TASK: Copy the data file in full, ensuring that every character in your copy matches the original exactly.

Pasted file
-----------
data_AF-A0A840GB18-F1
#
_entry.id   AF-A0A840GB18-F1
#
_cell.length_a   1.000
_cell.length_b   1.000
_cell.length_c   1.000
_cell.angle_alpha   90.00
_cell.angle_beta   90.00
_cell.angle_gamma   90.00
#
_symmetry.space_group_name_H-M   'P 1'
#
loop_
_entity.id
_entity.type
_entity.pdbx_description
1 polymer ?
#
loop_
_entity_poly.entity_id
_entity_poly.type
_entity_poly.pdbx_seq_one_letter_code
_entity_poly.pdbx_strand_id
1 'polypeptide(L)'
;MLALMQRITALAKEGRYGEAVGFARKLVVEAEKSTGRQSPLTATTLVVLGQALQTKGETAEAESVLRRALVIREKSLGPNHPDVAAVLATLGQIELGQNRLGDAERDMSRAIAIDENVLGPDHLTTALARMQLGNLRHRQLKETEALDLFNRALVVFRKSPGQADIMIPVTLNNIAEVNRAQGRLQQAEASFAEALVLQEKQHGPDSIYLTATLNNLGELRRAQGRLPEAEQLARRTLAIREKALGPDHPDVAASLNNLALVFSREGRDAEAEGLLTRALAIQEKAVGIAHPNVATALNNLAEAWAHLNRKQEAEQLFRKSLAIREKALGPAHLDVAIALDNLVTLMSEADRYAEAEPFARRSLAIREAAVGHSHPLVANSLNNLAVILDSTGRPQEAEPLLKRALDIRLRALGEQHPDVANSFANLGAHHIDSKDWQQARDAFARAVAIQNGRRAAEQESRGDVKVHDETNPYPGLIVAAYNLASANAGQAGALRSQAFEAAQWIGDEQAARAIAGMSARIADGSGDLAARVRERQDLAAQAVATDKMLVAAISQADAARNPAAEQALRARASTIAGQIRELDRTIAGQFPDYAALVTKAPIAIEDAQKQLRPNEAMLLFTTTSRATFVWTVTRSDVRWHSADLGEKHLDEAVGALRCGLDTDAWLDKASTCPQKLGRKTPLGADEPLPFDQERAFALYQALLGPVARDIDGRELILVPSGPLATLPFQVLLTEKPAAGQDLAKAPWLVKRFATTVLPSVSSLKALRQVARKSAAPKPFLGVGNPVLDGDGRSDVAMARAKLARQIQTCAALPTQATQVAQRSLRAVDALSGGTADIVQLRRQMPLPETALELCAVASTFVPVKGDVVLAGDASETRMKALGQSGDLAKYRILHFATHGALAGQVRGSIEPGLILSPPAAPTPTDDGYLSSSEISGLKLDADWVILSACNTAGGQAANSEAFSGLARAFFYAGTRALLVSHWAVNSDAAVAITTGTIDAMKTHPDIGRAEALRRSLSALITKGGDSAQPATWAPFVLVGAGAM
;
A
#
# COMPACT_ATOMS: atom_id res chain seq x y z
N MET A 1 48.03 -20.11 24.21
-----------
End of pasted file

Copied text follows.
data_AF-A0A840GB18-F1
#
_entry.id   AF-A0A840GB18-F1
#
_cell.length_a   1.000
_cell.length_b   1.000
_cell.length_c   1.000
_cell.angle_alpha   90.00
_cell.angle_beta   90.00
_cell.angle_gamma   90.00
#
_symmetry.space_group_name_H-M   'P 1'
#
loop_
_entity.id
_entity.type
_entity.pdbx_description
1 polymer ?
#
loop_
_entity_poly.entity_id
_entity_poly.type
_entity_poly.pdbx_seq_one_letter_code
_entity_poly.pdbx_strand_id
1 'polypeptide(L)'
;MLALMQRITALAKEGRYGEAVGFARKLVVEAEKSTGRQSPLTATTLVVLGQALQTKGETAEAESVLRRALVIREKSLGPNHPDVAAVLATLGQIELGQNRLGDAERDMSRAIAIDENVLGPDHLTTALARMQLGNLRHRQLKETEALDLFNRALVVFRKSPGQADIMIPVTLNNIAEVNRAQGRLQQAEASFAEALVLQEKQHGPDSIYLTATLNNLGELRRAQGRLPEAEQLARRTLAIREKALGPDHPDVAASLNNLALVFSREGRDAEAEGLLTRALAIQEKAVGIAHPNVATALNNLAEAWAHLNRKQEAEQLFRKSLAIREKALGPAHLDVAIALDNLVTLMSEADRYAEAEPFARRSLAIREAAVGHSHPLVANSLNNLAVILDSTGRPQEAEPLLKRALDIRLRALGEQHPDVANSFANLGAHHIDSKDWQQARDAFARAVAIQNGRRAAEQESRGDVKVHDETNPYPGLIVAAYNLASANAGQAGALRSQAFEAAQWIGDEQAARAIAGMSARIADGSGDLAARVRERQDLAAQAVATDKMLVAAISQADAARNPAAEQALRARASTIAGQIRELDRTIAGQFPDYAALVTKAPIAIEDAQKQLRPNEAMLLFTTTSRATFVWTVTRSDVRWHSADLGEKHLDEAVGALRCGLDTDAWLDKASTCPQKLGRKTPLGADEPLPFDQERAFALYQALLGPVARDIDGRELILVPSGPLATLPFQVLLTEKPAAGQDLAKAPWLVKRFATTVLPSVSSLKALRQVARKSAAPKPFLGVGNPVLDGDGRSDVAMARAKLARQIQTCAALPTQATQVAQRSLRAVDALSGGTADIVQLRRQMPLPETALELCAVASTFVPVKGDVVLAGDASETRMKALGQSGDLAKYRILHFATHGALAGQVRGSIEPGLILSPPAAPTPTDDGYLSSSEISGLKLDADWVILSACNTAGGQAANSEAFSGLARAFFYAGTRALLVSHWAVNSDAAVAITTGTIDAMKTHPDIGRAEALRRSLSALITKGGDSAQPATWAPFVLVGAGAM
;
A
#
# COMPACT_ATOMS: atom_id res chain seq x y z
N MET A 1 48.03 -20.11 24.21